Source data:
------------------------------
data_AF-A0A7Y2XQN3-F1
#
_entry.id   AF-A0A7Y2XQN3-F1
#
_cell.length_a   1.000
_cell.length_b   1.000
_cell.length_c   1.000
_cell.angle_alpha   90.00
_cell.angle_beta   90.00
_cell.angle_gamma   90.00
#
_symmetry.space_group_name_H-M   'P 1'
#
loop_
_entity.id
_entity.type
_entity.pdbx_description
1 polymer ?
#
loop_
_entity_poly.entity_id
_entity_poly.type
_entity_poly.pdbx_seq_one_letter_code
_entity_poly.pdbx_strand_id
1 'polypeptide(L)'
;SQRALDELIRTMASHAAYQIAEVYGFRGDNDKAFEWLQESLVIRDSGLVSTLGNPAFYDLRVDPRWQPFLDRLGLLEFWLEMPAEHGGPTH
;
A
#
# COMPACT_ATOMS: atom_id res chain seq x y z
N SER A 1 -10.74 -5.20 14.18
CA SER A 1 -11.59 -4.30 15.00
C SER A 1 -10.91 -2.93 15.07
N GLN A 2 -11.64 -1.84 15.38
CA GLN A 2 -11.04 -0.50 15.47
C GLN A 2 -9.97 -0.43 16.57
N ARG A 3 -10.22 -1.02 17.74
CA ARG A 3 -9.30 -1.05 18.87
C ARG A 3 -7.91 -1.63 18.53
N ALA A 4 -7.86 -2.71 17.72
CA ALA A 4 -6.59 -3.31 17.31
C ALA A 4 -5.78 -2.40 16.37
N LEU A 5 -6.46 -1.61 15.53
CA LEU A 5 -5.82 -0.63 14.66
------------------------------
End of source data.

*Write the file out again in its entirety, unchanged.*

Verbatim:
data_AF-A0A7Y2XQN3-F1
#
_entry.id   AF-A0A7Y2XQN3-F1
#
_cell.length_a   1.000
_cell.length_b   1.000
_cell.length_c   1.000
_cell.angle_alpha   90.00
_cell.angle_beta   90.00
_cell.angle_gamma   90.00
#
_symmetry.space_group_name_H-M   'P 1'
#
loop_
_entity.id
_entity.type
_entity.pdbx_description
1 polymer ?
#
loop_
_entity_poly.entity_id
_entity_poly.type
_entity_poly.pdbx_seq_one_letter_code
_entity_poly.pdbx_strand_id
1 'polypeptide(L)'
;SQRALDELIRTMASHAAYQIAEVYGFRGDNDKAFEWLQESLVIRDSGLVSTLGNPAFYDLRVDPRWQPFLDRLGLLEFWLEMPAEHGGPTH
;
A
#
# COMPACT_ATOMS: atom_id res chain seq x y z
N SER A 1 -10.74 -5.20 14.18
CA SER A 1 -11.59 -4.30 15.00
C SER A 1 -10.91 -2.93 15.07
N GLN A 2 -11.64 -1.84 15.38
CA GLN A 2 -11.04 -0.50 15.47
C GLN A 2 -9.97 -0.43 16.57
N ARG A 3 -10.22 -1.02 17.74
CA ARG A 3 -9.30 -1.05 18.87
C ARG A 3 -7.91 -1.63 18.53
N ALA A 4 -7.86 -2.71 17.72
CA ALA A 4 -6.59 -3.31 17.31
C ALA A 4 -5.78 -2.40 16.37
N LEU A 5 -6.46 -1.61 15.53
CA LEU A 5 -5.82 -0.63 14.66